Question Video: Comparing the Reactivities of Halogens in Alkane Substitution Reactions | Nagwa Question Video: Comparing the Reactivities of Halogens in Alkane Substitution Reactions | Nagwa

Question Video: Comparing the Reactivities of Halogens in Alkane Substitution Reactions Chemistry • Third Year of Secondary School

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Which of the following substitution reactions is slowest at room temperature and pressure? [A] Option A [B] Option B [C] Option C [D] Option D

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Video Transcript

Which of the following substitution reactions is slowest at room temperature and pressure?

A substitution reaction is a type of reaction where a part of a molecule is removed and replaced by something else. We can see that each of the substitution reactions provided involves methane, a one-carbon alkane. In each reaction, the methane is reacted with a different diatomic halogen. Over the course of a substitution reaction between an alkane and a halogen, a carbon–hydrogen bond and the halogen–halogen bond must break. This allows for the formation of a new carbon–halogen bond and a new hydrogen–halogen bond, producing a haloalkane and a hydrogen halide.

The breaking of the halogen–halogen bond is a critical rate determining step in this reaction. The higher the bond dissociation energy of this bond, the higher the activation energy of the reaction. In general, a reaction with a higher activation energy will take longer to occur at room temperature without a catalyst, such as heat or ultraviolet light. Let’s take a look at the bond dissociation energy for each of the given halogens.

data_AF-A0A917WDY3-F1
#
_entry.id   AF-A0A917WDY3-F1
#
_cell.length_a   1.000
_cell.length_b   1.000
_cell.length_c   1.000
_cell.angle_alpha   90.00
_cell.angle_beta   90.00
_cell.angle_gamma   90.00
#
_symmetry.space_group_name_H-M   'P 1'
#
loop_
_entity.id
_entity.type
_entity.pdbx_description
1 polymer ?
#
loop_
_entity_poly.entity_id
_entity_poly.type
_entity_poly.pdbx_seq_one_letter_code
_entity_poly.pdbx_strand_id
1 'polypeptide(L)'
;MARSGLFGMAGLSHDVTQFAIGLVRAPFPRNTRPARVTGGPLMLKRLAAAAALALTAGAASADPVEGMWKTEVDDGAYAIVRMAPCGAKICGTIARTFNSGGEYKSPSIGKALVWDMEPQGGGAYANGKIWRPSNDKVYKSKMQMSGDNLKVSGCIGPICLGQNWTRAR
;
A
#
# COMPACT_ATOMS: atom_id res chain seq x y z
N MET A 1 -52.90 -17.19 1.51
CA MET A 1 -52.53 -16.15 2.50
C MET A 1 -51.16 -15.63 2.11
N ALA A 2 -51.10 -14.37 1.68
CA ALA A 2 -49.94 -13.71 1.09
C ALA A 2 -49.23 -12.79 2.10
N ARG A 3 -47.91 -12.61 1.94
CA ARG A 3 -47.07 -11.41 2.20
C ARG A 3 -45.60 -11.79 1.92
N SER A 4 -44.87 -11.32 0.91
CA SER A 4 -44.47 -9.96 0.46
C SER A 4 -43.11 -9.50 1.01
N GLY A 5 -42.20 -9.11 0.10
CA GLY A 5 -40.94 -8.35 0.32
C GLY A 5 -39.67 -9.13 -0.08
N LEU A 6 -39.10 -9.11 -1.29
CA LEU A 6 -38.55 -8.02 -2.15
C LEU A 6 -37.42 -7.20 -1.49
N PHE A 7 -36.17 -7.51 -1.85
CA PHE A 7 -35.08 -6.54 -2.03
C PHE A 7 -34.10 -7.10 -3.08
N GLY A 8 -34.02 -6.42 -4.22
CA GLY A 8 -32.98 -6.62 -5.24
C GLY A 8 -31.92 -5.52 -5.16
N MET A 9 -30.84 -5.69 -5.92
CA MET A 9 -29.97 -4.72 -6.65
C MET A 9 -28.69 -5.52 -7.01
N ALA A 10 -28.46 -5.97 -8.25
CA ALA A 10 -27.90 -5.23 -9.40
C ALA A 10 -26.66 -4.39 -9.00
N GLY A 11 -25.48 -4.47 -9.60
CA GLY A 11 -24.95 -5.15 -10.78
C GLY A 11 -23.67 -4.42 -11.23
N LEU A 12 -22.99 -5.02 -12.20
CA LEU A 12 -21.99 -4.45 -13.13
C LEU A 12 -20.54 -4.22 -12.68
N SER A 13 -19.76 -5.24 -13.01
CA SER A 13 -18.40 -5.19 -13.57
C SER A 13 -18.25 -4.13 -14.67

As we can see, iodine has the lowest bond dissociation energy and chlorine has the highest. So, based on bond dissociation energy alone, we might think that the reaction involving chlorine is the slowest and the reaction involving iodine is the fastest, since breaking the chlorine–chlorine bond requires the most energy and breaking the iodine–iodine bond requires the least. But the breaking of the halogen–halogen bond is just one part of the reaction. The rate of this reaction significantly depends on the reactivity of the halogen involved.

When we compare the reactivity of the halogens, we find that iodine is the least reactive and fluorine is the most reactive. In fact, fluorine is so reactive that these substitution reactions are often explosive. The reactions involving bromine and chlorine are less reactive and can be initiated with very little energy input, often in the form of ultraviolet light. The reaction involving iodine, however, is not energetically favorable. So, iodine does not generally undergo substitution reactions with alkanes.

While the trend in bond dissociation energy suggests that the reaction involving chlorine is the slowest and iodine is the fastest, the reactivity of the halogens proves to be more important when determining the rate of reaction for these substitution reactions. So, the reaction involving iodine is actually the slowest, while the reaction involving fluorine is the fastest.

Therefore, the substitution reaction that is the slowest at room temperature and pressure is the reaction between methane and iodine, answer choice (C).

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